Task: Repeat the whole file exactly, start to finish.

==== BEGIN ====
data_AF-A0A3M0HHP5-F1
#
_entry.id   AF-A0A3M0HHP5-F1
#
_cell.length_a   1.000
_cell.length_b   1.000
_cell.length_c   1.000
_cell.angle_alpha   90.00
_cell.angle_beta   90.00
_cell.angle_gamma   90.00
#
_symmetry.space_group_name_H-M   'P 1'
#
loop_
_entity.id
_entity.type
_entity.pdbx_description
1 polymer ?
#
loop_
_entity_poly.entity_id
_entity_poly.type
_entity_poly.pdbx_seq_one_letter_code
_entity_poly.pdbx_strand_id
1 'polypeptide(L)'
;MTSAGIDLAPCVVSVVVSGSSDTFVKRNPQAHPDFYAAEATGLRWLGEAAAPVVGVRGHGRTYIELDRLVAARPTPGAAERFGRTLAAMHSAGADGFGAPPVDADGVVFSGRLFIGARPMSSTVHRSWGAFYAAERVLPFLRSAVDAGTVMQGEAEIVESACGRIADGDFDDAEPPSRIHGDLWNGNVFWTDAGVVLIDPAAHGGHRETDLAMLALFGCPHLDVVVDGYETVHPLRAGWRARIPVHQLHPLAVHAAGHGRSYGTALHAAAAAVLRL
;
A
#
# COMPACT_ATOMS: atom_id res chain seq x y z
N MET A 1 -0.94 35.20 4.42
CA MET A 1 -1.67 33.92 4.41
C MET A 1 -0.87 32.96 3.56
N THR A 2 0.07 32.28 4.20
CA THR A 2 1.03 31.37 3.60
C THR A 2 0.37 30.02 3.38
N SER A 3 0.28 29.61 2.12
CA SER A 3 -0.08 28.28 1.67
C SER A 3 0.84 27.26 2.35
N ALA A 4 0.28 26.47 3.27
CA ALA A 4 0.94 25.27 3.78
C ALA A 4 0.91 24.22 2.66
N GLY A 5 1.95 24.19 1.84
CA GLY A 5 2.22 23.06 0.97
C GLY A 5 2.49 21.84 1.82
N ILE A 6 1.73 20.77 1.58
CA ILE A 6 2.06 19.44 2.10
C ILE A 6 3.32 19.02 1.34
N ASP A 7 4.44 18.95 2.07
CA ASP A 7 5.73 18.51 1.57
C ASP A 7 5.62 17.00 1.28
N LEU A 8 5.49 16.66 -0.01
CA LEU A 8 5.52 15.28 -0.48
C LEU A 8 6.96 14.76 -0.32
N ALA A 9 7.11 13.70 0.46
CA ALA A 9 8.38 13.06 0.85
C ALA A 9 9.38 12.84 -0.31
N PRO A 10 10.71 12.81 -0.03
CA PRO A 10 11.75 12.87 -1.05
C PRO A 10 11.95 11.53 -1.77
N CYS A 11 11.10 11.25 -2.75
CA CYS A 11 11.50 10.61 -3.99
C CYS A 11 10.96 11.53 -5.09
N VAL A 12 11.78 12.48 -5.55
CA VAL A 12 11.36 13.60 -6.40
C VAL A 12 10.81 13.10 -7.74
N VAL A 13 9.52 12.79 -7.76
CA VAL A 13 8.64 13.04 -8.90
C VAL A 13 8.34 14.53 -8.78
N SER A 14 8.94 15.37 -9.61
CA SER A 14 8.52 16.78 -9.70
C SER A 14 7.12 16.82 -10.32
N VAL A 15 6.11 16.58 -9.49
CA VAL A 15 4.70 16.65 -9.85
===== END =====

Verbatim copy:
data_AF-A0A3M0HHP5-F1
#
_entry.id   AF-A0A3M0HHP5-F1
#
_cell.length_a   1.000
_cell.length_b   1.000
_cell.length_c   1.000
_cell.angle_alpha   90.00
_cell.angle_beta   90.00
_cell.angle_gamma   90.00
#
_symmetry.space_group_name_H-M   'P 1'
#
loop_
_entity.id
_entity.type
_entity.pdbx_description
1 polymer ?
#
loop_
_entity_poly.entity_id
_entity_poly.type
_entity_poly.pdbx_seq_one_letter_code
_entity_poly.pdbx_strand_id
1 'polypeptide(L)'
;MTSAGIDLAPCVVSVVVSGSSDTFVKRNPQAHPDFYAAEATGLRWLGEAAAPVVGVRGHGRTYIELDRLVAARPTPGAAERFGRTLAAMHSAGADGFGAPPVDADGVVFSGRLFIGARPMSSTVHRSWGAFYAAERVLPFLRSAVDAGTVMQGEAEIVESACGRIADGDFDDAEPPSRIHGDLWNGNVFWTDAGVVLIDPAAHGGHRETDLAMLALFGCPHLDVVVDGYETVHPLRAGWRARIPVHQLHPLAVHAAGHGRSYGTALHAAAAAVLRL
;
A
#
# COMPACT_ATOMS: atom_id res chain seq x y z
N MET A 1 -0.94 35.20 4.42
CA MET A 1 -1.67 33.92 4.41
C MET A 1 -0.87 32.96 3.56
N THR A 2 0.07 32.28 4.20
CA THR A 2 1.03 31.37 3.60
C THR A 2 0.37 30.02 3.38
N SER A 3 0.28 29.61 2.12
CA SER A 3 -0.08 28.28 1.67
C SER A 3 0.84 27.26 2.35
N ALA A 4 0.28 26.47 3.27
CA ALA A 4 0.94 25.27 3.78
C ALA A 4 0.91 24.22 2.66
N GLY A 5 1.95 24.19 1.84
CA GLY A 5 2.22 23.06 0.97
C GLY A 5 2.49 21.84 1.82
N ILE A 6 1.73 20.77 1.58
CA ILE A 6 2.06 19.44 2.10
C ILE A 6 3.32 19.02 1.34
N ASP A 7 4.44 18.95 2.07
CA ASP A 7 5.73 18.51 1.57
C ASP A 7 5.62 17.00 1.28
N LEU A 8 5.49 16.66 -0.01
CA LEU A 8 5.52 15.28 -0.48
C LEU A 8 6.96 14.76 -0.32
N ALA A 9 7.11 13.70 0.46
CA ALA A 9 8.38 13.06 0.85
C ALA A 9 9.38 12.84 -0.31
N PRO A 10 10.71 12.81 -0.03
CA PRO A 10 11.75 12.87 -1.05
C PRO A 10 11.95 11.53 -1.77
N CYS A 11 11.10 11.25 -2.75
CA CYS A 11 11.50 10.61 -3.99
C CYS A 11 10.96 11.53 -5.09
N VAL A 12 11.78 12.48 -5.55
CA VAL A 12 11.36 13.60 -6.40
C VAL A 12 10.81 13.10 -7.74
N VAL A 13 9.52 12.79 -7.76
CA VAL A 13 8.64 13.04 -8.90
C VAL A 13 8.34 14.53 -8.78
N SER A 14 8.94 15.37 -9.61
CA SER A 14 8.52 16.78 -9.70
C SER A 14 7.12 16.82 -10.32
N VAL A 15 6.11 16.58 -9.49
CA VAL A 15 4.70 16.65 -9.85